Drain transmission while oil is warm. To drain oil remove the drain plug at the bottom of the case. Clean the drain plug before reinstalling.


Clean case around filler plug and remove the plug from side of the case. Fill transmission to the level of the filler opening. If the transmission has two filler openings, fill to level of both openings.
The exact amount of oil will depend on the transmission inclination and model. Do not overfill; this will cause oil to be forced out of the transmission.
When adding oil, types and brands of oil should not be mixed because of possible incompatibility.

Operating Temperatures

With Eaton® Roadranger® CD50 Transmission Fluid Heavy Duty Engine Oil and Mineral Oil
The transmission should not be operated consistently at temperatures above 250ºF (120ºC). However, intermittent operating temperatures to 300ºF (149ºC) will not harm the transmission. Operating temperatures above 250ºF increase the lubricant’s rate of oxidation and shorten its effective life. When the average operating temperature is above 250ºF, the transmission may require more frequent oil changes or external cooling.
The following conditions in any combination can cause operating temperatures of over 250ºF: (1) operating consistently at slow speeds, (2) high ambient temperatures, (3) restricted air flow around transmission, (4) exhaust system too close to transmission, (5) high horsepower, overdrive operation.
External oil coolers are available to reduce operating temperatures when the above conditions are encountered.
Transmission Oil Coolers are:


– With engines of 350 H.P. and above with overdrive transmission


– With engines 399 H.P. and above with overdrive transmissions and GCWs over 90,000 lbs.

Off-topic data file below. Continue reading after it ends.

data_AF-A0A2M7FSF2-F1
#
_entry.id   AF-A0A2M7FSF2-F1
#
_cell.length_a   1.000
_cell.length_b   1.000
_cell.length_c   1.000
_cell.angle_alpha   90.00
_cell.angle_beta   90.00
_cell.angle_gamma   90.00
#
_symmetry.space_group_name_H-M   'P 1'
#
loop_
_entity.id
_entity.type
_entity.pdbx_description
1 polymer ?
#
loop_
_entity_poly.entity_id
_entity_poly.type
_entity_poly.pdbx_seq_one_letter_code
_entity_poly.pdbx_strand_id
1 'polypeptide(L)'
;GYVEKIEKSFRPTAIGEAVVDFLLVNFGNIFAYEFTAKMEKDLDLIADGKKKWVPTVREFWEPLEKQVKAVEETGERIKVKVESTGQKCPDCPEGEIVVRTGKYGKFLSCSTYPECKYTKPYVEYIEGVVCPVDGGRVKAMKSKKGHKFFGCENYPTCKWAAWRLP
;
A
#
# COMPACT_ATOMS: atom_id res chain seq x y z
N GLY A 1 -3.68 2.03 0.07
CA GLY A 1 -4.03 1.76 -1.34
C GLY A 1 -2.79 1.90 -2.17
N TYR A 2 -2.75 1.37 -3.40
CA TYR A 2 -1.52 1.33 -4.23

– With engines 399 H.P. and above and 1400 Lbs.-Ft. or greater torque
– With engines 450 H.P. and above

With EP or Multipurpose Gear Oil

Mild EP gear oil and multipurpose gear oil are not recommended when lubricant operating temperatures are above 230ºF (110ºC). In addition, transmission oil coolers are not recommended with these gear oils since the oil cooler materials may be attacked by these gear oils. The lower temperature limit and oil cooler restriction with these gear oils generally limit their success to milder applications.

Proper Lubrication Levels as Related to Transmission Installation Angles
If the transmission operating angle is more than 12 degrees, improper lubrication can occur. The operating angle is the transmission mounting angle in the chassis plus the percent of upgrade (expressed in degrees).
The chart illustrates the safe percent of an upgrade on which the transmission can be used with various chassis mounting angles. For example: if you have a 4-degree transmission mounting angle, then 8 degrees (or 14 percent of grade) is equal to the limit of 12 degrees. If you have a 0-degree mounting angle, the transmission can be operated on a 12 degree (21 percent) grade.
Anytime the transmission operating angle of 12 degrees is exceeded for an extended period of time the transmission should be equipped with an oil pump or cooler kit to ensure proper lubrication.
Note on the chart the effect low oil levels can have on safe operating angles. Allowing the oil level to fall 1/2″ below the filler plug hole reduces the degree of grade by approximately 3 degrees (5.5 percent).

Proper Lubrication Levels are Essential!

transmission lubrication